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Producer Spotlights

Producer Spotlights

How to invest in Canon

With rich, dark berry flavors, spicy aromatics, and a lavish (yet still well-structured) personality, Canon vintages are among the most interesting Classe B Saint-Émilion wines. And if you haven't already sampled this estate's incredible wines, then now is an excellent time to start. The producer is gaining in popularity on the secondary market and is showing great promise for investors as well as for avid drinkers. Learn more.

How to invest in Penfolds

Fewer than 1,200 people are going to receive a bottle of coveted Penfolds g3 this holiday season. This brand new, limited-edition wine is made from a blend of three different Grange vintages (the 2008, 2012, and 2014) that are among the best that Penfolds has ever produced. Because of its rarity and high quality, Penfolds g3 is a wine that just about any collector would love to see under the Christmas tree this year. The only problem is that these bottles will be nearly impossible to find. Learn more.

How to invest in Dominus

In the late 1990s, you could buy Dominus' flagship wine directly from the estate for just $65 per bottle; today, many of these wines are worth anywhere from $250 to $500 apiece on the secondary market, sometimes more if the vintage is especially high in quality. However, it's not just the ever-increasing market value that draws wine enthusiasts to this producer. Dominus wine scores are also among the highest in Napa year after year, and the estate's offerings very frequently outrank other superb California wineries–even the famed Opus One. Critics and collectors alike adore Dominus' small-scale, Bordeaux-style wines, and analyses like the one Liv-ex publishes project that these wines may continue to grow in value significantly over the next few years. Now is perhaps the best time to invest in wines from this high-quality estate, and by following this guide, you can learn how to make the most out of every bottle you purchase. Learn more.

Investing in 2001 Château d'Yquem

Château d'Yquem's 2001 vintage nearly breaks our rating system. It's one of those rare wines that already tastes perfect in its youth, and only seems to get remarkably better as the years wear on. Many critics who have tried this wine aren't even sure whether a perfect, 100-point score accurately describes it–somehow, it feels like 100 points is still too low. Learn more.

Investing in 2002 Krug

Last year, when the 2002 Krug vintage was first released, the wine sold for nearly $2,500 per case. Today, just a year later, that same vintage sells on the secondary market for an average of $4,000 per case, a massive $1,500 spike in value. Why is this wine increasing in price at such a rapid pace? It boils down to superb wine quality and limited availability. The 2002 Krug vintage is one of the best that the estate has ever produced, but its excellent quality also makes this wine much harder to locate on the secondary market. Learn more.

Investing in 2007 Valdicava Brunello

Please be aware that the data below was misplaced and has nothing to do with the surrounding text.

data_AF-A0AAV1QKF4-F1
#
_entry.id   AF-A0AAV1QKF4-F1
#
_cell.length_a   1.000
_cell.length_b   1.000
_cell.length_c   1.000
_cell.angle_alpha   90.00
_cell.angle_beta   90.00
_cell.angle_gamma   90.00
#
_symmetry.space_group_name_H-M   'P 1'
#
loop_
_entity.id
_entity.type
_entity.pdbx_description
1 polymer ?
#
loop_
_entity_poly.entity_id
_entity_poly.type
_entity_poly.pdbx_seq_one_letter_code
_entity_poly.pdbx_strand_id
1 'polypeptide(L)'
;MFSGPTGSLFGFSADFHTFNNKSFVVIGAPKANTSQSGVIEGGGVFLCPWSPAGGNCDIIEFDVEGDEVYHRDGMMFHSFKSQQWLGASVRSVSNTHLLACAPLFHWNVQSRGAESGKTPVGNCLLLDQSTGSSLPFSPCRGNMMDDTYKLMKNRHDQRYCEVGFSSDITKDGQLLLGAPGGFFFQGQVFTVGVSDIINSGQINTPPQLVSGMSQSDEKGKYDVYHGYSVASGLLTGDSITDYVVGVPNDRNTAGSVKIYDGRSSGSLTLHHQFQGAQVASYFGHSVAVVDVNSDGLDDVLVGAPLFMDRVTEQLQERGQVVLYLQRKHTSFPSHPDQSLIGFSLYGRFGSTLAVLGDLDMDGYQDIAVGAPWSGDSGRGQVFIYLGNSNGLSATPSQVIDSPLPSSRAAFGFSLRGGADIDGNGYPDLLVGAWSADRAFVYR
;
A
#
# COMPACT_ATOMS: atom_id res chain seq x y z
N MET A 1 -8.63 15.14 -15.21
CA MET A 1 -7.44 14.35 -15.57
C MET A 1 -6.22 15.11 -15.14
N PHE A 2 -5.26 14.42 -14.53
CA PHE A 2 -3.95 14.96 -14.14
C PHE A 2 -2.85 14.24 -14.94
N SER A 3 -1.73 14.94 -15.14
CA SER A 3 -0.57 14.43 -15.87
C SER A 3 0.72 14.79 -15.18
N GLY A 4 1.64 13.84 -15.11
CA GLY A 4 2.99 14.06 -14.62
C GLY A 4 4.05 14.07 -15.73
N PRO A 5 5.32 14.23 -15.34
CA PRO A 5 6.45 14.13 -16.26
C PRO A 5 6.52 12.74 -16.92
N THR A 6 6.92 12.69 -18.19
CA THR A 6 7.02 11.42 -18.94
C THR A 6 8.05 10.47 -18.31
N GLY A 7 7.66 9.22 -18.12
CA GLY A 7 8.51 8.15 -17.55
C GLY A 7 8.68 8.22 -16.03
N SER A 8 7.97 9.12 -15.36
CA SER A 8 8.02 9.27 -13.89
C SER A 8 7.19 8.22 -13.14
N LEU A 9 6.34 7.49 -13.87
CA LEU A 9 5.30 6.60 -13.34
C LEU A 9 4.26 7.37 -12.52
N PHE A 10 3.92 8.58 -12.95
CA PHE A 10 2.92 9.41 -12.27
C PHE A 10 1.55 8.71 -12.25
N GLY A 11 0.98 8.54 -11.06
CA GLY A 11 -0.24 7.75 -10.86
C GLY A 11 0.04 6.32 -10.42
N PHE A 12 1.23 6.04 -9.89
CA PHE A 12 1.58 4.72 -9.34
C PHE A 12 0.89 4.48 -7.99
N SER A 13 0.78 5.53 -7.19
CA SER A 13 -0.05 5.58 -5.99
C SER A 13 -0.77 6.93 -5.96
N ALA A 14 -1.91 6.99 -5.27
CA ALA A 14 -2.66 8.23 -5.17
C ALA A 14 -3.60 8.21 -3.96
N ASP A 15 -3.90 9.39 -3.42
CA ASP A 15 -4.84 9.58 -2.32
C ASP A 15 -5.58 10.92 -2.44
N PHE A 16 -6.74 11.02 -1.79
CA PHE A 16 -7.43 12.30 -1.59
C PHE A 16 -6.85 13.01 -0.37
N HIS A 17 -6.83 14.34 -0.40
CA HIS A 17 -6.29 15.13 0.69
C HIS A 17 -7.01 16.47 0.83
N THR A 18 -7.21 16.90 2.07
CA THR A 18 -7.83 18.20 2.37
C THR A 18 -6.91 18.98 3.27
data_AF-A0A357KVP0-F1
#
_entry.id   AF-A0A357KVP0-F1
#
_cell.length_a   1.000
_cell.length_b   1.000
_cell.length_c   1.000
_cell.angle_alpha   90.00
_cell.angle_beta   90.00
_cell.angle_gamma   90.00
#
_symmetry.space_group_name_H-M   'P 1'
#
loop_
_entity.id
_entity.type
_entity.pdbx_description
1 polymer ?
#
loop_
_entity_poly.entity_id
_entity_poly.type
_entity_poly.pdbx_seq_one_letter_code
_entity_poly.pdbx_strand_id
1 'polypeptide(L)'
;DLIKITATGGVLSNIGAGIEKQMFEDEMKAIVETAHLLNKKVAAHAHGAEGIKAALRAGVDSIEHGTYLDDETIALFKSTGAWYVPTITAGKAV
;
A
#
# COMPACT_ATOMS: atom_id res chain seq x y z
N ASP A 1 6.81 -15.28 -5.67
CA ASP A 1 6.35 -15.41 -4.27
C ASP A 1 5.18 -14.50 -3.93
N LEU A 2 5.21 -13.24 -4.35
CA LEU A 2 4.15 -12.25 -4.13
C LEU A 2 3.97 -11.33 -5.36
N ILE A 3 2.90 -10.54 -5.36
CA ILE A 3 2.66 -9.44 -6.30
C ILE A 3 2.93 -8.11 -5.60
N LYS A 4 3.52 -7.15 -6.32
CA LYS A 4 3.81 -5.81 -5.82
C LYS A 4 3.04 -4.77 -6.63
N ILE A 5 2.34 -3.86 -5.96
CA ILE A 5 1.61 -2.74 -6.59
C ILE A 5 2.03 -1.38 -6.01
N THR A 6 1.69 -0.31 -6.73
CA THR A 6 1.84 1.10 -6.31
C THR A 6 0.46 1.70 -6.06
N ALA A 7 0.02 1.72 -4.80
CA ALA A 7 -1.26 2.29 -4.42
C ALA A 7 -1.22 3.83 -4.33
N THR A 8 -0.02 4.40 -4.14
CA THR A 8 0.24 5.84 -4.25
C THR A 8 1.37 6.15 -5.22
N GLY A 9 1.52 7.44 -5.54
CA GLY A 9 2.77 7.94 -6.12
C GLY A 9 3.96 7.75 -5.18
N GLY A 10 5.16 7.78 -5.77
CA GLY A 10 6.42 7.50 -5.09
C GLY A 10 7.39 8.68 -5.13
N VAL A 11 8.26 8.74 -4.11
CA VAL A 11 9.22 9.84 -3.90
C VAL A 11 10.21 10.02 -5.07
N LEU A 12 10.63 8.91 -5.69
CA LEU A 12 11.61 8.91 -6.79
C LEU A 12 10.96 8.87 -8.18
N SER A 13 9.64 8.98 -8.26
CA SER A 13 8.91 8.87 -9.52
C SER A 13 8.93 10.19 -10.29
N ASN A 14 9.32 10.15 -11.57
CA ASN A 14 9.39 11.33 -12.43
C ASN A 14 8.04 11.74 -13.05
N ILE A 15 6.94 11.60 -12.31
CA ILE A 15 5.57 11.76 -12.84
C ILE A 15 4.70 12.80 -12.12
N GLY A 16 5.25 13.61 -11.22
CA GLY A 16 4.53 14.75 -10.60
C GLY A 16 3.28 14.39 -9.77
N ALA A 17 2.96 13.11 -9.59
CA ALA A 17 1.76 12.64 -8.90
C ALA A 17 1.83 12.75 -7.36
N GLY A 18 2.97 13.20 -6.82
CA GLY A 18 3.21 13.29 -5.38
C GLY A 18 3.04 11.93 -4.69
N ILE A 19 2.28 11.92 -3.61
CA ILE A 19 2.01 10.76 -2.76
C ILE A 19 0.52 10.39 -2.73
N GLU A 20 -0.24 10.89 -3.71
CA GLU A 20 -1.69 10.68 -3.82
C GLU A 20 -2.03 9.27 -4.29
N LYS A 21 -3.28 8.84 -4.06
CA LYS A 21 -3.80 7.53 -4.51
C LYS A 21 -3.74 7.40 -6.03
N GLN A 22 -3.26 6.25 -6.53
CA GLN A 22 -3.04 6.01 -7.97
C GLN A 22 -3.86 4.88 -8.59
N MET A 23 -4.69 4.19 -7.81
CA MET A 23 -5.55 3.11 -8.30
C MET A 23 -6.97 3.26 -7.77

Brunello di Montalcino is the crowning jewel of Italy's Sangiovese grape, capable of lasting as long as 20 years in a cellar without much effort. Yet when the weather, the winemakers, and the cellar conditions are just right, Brunello can exceed this lifespan by an additional 10 or even 20 years; it's a rare feat, but I've seen it happen. I've come across dust-covered bottles of this wine that haven't been touched for decades and that still taste as though they could use a couple more years to develop. The 2007 Valdicava Brunello is one of these rare Sangiovese wines. Learn more.

Investing in 2009 Cos d'Estournel

If you want to get a room full of shy wine enthusiasts to talk, just say the words, "2009 Cos d'Estournel." I've seen collectors come close to fisticuffs over this seemingly unobtrusive vintage. This is the very definition of a polarizing wine; most collectors either think it's the wine of the century, or that it's the poster child for Bordeaux's downfall. Learn more.

Investing in 2010 Pegau Châteauneuf-du-Pape

Acidity and high alcohol by volume are the secrets to Châteauneuf-du-Pape's stamina. This Southern Rhône blend contains at least 14 percent ABV, and only a small amount of residual sugar. The consistent heat in Rhône makes full phenolic ripening easy, but what truly sets producers like Pegau apart from wine grown in other appellations are the strong wind gusts that hit the vines each year. These winds cool the grapes off, even in the unrelenting Rhône sun; the result is a wine that has plenty of alcohol and touches of sweetness from the heat, but that overall has a bitingly strong acidity that can carry it through its 20th and even 30th birthday. Learn more.

Investing in 2012 Colgin Cariad

I've long been familiar with Colgin's classic Cabernet Sauvignon, but recently, I've found a new love: Cariad. This is perhaps fitting since the name "Cariad" means "love" in Welsh. Full of intense tannin and layers of fruit, the proprietary Bordeaux-style blend from the Colgin estate is more acidic than you'd expect from a California vineyard. Although the estate's Cabernet remains at the top of most collectors' lists, I recommend taking a second look at 2012 Cariad for your next investment. The 2012 vintage in particular is neck-and-neck with its Cabernet sibling in quality and might even be the better choice for collectors who prefer wine with a little more bite. Learn more.

Investing in 2013 Scarecrow

Scarecrow has the power to change even the staunchest critics of "over-hyped cult wine" by producing bottles that are as valuable as they are well-structured and delicious. If you've thought about collecting cult wine, but you want a bottle that's more than just hype, take a look at the 2013 Scarecrow. Learn more.